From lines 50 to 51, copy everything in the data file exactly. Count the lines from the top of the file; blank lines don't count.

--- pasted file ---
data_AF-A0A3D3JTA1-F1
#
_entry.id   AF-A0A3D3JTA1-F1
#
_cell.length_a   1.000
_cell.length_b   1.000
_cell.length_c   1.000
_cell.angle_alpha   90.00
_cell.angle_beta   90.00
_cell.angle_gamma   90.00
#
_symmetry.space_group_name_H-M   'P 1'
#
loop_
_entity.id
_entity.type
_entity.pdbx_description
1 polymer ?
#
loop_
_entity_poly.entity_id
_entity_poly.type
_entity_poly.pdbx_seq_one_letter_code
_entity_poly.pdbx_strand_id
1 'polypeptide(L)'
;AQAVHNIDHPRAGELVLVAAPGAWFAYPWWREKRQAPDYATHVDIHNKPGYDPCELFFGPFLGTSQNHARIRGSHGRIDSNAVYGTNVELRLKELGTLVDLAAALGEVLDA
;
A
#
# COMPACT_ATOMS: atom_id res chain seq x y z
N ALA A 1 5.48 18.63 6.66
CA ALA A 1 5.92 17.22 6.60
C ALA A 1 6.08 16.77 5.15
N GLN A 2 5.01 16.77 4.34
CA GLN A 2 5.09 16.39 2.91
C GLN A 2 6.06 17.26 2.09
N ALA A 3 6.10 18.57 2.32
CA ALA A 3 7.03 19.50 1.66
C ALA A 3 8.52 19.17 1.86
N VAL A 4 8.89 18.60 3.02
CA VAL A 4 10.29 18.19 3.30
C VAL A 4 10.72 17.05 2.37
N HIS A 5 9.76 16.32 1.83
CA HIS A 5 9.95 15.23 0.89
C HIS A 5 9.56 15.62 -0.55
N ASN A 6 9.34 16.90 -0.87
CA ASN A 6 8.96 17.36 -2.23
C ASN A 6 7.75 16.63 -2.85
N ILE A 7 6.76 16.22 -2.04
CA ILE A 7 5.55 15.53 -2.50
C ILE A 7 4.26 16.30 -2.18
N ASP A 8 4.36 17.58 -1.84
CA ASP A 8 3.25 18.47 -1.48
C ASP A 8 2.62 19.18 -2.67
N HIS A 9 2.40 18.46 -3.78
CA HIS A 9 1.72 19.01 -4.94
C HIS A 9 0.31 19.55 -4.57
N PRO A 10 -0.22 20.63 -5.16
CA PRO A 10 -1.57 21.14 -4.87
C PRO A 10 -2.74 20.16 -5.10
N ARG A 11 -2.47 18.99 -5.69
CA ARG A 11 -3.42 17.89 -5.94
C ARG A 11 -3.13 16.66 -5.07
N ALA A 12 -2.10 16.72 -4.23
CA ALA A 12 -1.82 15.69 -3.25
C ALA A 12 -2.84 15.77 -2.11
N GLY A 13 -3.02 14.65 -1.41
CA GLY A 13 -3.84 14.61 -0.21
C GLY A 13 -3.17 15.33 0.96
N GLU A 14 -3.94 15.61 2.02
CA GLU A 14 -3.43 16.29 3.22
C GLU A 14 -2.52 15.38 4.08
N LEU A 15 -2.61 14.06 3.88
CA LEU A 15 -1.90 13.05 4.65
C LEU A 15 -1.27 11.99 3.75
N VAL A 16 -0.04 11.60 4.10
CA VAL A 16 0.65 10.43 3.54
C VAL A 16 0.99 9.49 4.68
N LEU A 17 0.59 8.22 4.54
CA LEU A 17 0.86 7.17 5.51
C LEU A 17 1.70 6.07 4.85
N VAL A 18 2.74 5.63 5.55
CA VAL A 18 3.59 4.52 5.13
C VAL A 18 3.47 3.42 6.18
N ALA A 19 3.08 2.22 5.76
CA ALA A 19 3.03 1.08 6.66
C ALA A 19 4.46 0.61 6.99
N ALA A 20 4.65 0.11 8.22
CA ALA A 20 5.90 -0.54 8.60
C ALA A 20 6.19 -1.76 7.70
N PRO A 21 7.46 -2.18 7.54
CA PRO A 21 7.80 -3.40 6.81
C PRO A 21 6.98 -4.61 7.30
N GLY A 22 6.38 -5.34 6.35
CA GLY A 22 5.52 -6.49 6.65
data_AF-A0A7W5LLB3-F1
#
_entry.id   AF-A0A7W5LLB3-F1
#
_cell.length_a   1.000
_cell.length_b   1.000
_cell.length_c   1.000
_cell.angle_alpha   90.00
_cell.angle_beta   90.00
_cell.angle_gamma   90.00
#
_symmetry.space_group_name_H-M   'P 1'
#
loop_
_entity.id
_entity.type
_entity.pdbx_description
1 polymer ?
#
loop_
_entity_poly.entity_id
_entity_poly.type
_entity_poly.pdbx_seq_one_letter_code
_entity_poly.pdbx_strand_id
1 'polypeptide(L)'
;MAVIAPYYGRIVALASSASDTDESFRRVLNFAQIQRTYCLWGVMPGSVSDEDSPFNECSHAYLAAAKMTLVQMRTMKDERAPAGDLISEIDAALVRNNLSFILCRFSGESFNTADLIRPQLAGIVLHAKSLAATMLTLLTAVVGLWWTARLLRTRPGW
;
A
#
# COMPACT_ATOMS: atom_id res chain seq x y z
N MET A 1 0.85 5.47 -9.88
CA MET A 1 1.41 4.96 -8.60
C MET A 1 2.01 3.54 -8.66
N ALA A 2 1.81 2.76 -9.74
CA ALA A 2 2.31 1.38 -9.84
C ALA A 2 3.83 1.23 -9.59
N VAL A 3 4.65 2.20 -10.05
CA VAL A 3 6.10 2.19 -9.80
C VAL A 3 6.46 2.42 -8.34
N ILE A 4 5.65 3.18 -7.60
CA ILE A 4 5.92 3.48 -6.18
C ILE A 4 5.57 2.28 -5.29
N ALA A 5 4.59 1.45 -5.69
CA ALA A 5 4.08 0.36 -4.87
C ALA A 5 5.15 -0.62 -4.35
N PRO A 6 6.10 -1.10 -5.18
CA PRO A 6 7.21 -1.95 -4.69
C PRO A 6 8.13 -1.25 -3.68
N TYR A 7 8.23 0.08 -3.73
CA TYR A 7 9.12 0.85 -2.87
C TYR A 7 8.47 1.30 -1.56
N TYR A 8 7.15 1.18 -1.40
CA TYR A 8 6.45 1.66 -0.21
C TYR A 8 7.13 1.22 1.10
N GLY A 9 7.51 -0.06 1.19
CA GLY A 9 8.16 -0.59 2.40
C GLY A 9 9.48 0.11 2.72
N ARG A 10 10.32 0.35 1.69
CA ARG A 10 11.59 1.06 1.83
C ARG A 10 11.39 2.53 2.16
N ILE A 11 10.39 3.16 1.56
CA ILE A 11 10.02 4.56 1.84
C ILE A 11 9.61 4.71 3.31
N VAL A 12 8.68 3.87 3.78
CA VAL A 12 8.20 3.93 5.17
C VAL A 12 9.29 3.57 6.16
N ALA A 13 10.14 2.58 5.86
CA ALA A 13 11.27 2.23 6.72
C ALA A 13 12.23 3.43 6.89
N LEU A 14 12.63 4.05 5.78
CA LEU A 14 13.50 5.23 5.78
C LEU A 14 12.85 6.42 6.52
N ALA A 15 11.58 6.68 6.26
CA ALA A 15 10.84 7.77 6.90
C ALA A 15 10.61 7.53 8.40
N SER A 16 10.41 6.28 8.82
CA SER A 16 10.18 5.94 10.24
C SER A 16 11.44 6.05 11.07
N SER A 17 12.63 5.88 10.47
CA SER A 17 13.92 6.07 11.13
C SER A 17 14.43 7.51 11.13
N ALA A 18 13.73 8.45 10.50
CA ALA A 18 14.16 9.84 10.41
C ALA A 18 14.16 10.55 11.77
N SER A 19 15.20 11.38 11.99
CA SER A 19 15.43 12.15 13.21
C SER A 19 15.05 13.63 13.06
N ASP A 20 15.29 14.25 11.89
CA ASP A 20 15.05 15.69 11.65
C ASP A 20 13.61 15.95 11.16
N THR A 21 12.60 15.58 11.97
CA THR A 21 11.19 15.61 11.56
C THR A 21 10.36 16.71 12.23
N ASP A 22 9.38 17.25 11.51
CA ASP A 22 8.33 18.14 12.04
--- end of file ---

CA ILE A 7 5.55 15.53 -2.50
C ILE A 7 4.26 16.30 -2.18